On July 10, 2018, the district court (Judge Beth Labson Freeman) granted the motion for class certification, and granted partial summary judgment as to the plaintiffs’ Lautenberg Amendment and Accardi claims, while declining to rule on their due process claim. Judge Freeman explained that DHS’s nonjusticiability arguments were not on point, because the plaintiffs were not challenging the decisions to admit or deny the applications, but were rather alleging that DHS failed to comply with the Lautenberg Amendment and the applicable regulations. She sided with the plaintiffs’ arguments that the “as a matter of discretion” explanation contained in the notices did not comply with the Lautenberg Amendment’s mandate to give the reasons for the denial “to the maximum extent feasible,” because it effectively prevented plaintiffs from requesting agency review. With respect to the Accardi doctrine claim, Judge Freeman also pointed out that DHS’ own regulations require it to advise refugee applicants of any derogatory facts on which an adverse decision is based; she rejected DHS’s arguments that the regulations at issue were inapplicable to the plaintiffs. Citing the fact that she already fully disposed of plaintiff’s claims on statutory grounds, she declined to reach the plaintiff’s due process claim. Judge Freeman thus set aside the February 2018 notices of denial as unlawful, and ordered DHS to re-issue new notices within 14 days containing their determinations to re-open processing or deny the plaintiffs’ refugee applications.

As of July 18, 2018, a case management conference was scheduled for October 4.

Alexander Walling - 07/18/2018

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Issues and Causes of Action
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Constitutional Clause
Due Process
Content of Injunction
Required disclosure
National origin discrimination
Religion discrimination
Family reunification
Public benefits (includes, e.g., in-state tuition, govt. jobs)
Admission - procedure
Asylum - procedure
Visas - procedures
National Origin/Ethnicity
Arab/Afgani/Middle Eastern
Plaintiff Type
Private Plaintiff
Causes of Action Administrative Procedure Act, 5 U.S.C. §§ 551 et seq.
Declaratory Judgment Act, 28 U.S.C. § 2201
Ex parte Young (federal or state officials)
Immigration and Nationality Act (INA), 8 U.S.C. §§ 1101 et seq.
Mandamus, 28 U.S.C. § 1361
Defendant(s) Department of Homeland Security
Department of Homeland Security (DHS)
Plaintiff Description All Iranian refugees who (1) applied for refugee admission to the United States under the Lautenberg Amendment, whether as a principal applicant or derivative relatives; (2) traveled to Vienna, Austria, for processing; and (3) received denials from the United States government in or after February 2018 with the sole explanation that: “After review of all information concerning your case, including your testimony, supporting documentation, background checks, country conditions, and other availabl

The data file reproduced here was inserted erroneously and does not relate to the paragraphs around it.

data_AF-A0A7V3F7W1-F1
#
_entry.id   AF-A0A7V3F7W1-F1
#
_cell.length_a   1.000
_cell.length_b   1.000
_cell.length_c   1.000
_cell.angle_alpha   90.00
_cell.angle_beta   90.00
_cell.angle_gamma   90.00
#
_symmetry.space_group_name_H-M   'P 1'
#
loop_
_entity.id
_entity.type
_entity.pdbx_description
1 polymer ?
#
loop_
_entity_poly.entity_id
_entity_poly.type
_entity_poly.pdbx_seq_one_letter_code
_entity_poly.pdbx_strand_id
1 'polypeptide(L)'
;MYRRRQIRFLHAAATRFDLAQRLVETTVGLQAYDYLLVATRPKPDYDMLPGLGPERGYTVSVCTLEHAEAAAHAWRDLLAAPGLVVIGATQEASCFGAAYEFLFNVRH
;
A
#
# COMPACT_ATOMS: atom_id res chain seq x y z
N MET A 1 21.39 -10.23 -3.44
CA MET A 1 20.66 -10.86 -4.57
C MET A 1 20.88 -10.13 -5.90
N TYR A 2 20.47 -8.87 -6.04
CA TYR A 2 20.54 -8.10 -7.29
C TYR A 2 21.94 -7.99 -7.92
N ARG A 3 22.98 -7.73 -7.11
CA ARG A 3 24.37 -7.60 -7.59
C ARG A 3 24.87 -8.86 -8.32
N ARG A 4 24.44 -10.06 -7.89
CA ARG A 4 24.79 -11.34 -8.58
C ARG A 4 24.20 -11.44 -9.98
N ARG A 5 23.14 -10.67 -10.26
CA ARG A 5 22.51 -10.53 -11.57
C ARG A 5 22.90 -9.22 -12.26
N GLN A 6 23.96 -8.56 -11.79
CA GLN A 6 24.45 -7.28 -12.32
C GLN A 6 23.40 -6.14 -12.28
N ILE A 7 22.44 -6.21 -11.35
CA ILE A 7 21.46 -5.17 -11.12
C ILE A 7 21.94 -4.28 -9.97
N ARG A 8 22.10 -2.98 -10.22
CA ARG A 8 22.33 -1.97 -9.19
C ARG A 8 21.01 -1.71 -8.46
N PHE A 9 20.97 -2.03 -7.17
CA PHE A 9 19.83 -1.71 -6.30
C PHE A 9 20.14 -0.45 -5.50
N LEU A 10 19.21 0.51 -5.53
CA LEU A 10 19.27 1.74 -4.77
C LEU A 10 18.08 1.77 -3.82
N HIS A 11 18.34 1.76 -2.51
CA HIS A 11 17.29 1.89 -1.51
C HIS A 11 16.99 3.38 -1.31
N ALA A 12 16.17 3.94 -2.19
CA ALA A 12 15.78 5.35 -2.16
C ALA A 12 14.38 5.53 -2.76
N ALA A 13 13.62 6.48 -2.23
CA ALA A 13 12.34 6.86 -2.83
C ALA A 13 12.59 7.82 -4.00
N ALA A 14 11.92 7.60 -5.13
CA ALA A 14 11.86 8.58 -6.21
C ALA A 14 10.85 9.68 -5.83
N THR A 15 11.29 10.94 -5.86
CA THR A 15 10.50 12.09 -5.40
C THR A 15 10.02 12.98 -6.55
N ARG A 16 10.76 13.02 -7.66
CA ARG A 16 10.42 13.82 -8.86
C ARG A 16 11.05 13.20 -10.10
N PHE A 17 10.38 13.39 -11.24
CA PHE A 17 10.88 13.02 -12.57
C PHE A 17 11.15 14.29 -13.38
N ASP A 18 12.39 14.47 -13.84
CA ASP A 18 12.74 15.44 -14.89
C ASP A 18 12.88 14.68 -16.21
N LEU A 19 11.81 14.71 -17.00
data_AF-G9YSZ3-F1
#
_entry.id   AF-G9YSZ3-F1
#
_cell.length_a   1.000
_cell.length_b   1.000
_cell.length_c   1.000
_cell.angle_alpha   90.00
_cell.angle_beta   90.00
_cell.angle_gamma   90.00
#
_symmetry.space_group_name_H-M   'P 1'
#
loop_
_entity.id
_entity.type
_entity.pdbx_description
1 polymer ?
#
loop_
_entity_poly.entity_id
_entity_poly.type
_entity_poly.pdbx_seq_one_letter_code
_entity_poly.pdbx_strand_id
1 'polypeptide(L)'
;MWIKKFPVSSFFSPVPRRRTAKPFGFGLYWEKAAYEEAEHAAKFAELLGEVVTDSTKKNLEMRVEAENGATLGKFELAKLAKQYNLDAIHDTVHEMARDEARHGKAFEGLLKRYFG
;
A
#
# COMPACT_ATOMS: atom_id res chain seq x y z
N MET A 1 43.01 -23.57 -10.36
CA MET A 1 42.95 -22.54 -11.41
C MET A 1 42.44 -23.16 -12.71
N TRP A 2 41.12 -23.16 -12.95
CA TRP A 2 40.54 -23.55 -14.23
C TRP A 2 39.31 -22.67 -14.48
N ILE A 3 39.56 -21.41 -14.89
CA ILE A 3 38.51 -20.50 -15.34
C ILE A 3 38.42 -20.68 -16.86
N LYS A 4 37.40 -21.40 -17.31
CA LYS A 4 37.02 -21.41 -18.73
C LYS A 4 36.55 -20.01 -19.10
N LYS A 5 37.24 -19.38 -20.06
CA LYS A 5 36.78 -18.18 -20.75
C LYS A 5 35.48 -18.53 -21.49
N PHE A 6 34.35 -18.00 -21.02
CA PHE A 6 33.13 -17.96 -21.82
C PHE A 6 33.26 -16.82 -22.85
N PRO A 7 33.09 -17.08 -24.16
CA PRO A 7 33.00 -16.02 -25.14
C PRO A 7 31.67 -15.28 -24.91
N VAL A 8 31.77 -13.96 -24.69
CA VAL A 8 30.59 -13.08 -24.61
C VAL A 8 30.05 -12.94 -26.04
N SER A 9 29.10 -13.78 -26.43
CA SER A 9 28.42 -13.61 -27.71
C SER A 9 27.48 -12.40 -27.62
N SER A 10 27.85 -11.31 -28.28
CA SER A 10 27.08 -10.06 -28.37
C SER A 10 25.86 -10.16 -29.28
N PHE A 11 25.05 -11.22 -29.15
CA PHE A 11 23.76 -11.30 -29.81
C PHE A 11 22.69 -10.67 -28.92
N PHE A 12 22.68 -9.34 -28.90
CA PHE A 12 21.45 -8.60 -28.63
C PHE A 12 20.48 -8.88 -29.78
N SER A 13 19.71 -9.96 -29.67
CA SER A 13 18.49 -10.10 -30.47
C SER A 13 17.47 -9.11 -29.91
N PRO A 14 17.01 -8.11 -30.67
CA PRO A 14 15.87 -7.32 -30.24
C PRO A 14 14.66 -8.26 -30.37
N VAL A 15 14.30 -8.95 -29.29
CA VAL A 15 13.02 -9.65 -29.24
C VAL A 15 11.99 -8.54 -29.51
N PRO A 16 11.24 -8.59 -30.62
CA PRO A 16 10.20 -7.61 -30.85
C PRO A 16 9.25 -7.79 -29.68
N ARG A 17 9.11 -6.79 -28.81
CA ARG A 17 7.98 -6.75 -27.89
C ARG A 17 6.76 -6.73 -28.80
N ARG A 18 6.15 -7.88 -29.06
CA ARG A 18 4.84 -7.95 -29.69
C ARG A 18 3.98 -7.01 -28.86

Indexed Lawyer Organizations International Refugee Assistance Project (IRAP)
Class action status sought Yes
Class action status granted Yes
Filed Pro Se No
Prevailing Party Plaintiff
Public Int. Lawyer Yes
Nature of Relief Declaratory Judgment
Injunction / Injunctive-like Settlement
Source of Relief Litigation
Order Duration 2018 - n/a
Filing Year 2018
Case Ongoing Yes
5:18-cv-2349 (N.D. Cal.)
IM-CA-0123-9000.pdf | Detail
Date: 07/19/2018
Source: PACER [Public Access to Court Electronic Records]
General Documents
Complaint for Declaratory, Injunctive, and Mandamus Relief [ECF# 1]
IM-CA-0123-0001.pdf | Detail
Date: 04/18/2018
Press Release: Groups File Class Action Challenge to Unprecedented Mass Denials of Iranian Refugees in the Lautenberg-Specter Program
IM-CA-0123-0003.pdf | Detail
Date: 04/19/2018
Order (1) Granting Plaintiffs' Motion for Class Certification; and (2) Granting Plaintiffs' Motion for Partial Summary Judgment [ECF# 87] (N.D. Cal.)
IM-CA-0123-0002.pdf | Detail
Date: 07/10/2018
Judges DeMarchi, Virginia K. Court not on record [Magistrate]
Freeman, Beth Labson (N.D. Cal.)
IM-CA-0123-0002 | IM-CA-0123-9000
Plaintiff's Lawyers Golding, Thomas E. (California)
IM-CA-0123-0001 | IM-CA-0123-9000
Hirose, Mariko (New York)
IM-CA-0123-0001 | IM-CA-0123-9000
Lee, Belinda S. (California)
IM-CA-0123-0001 | IM-CA-0123-9000
Meyer, Kathryn Claire (New York)
IM-CA-0123-0001 | IM-CA-0123-9000
Rocos, Oliver (California)
IM-CA-0123-0001 | IM-CA-0123-9000
Rogers, Ariel E. (California)
IM-CA-0123-0001 | IM-CA-0123-9000
Defendant's Lawyers Chung, Daniel Paul (District of Columbia)
Hollis, Christopher W. (District of Columbia)
Young, Stacey Ilene (District of Columbia)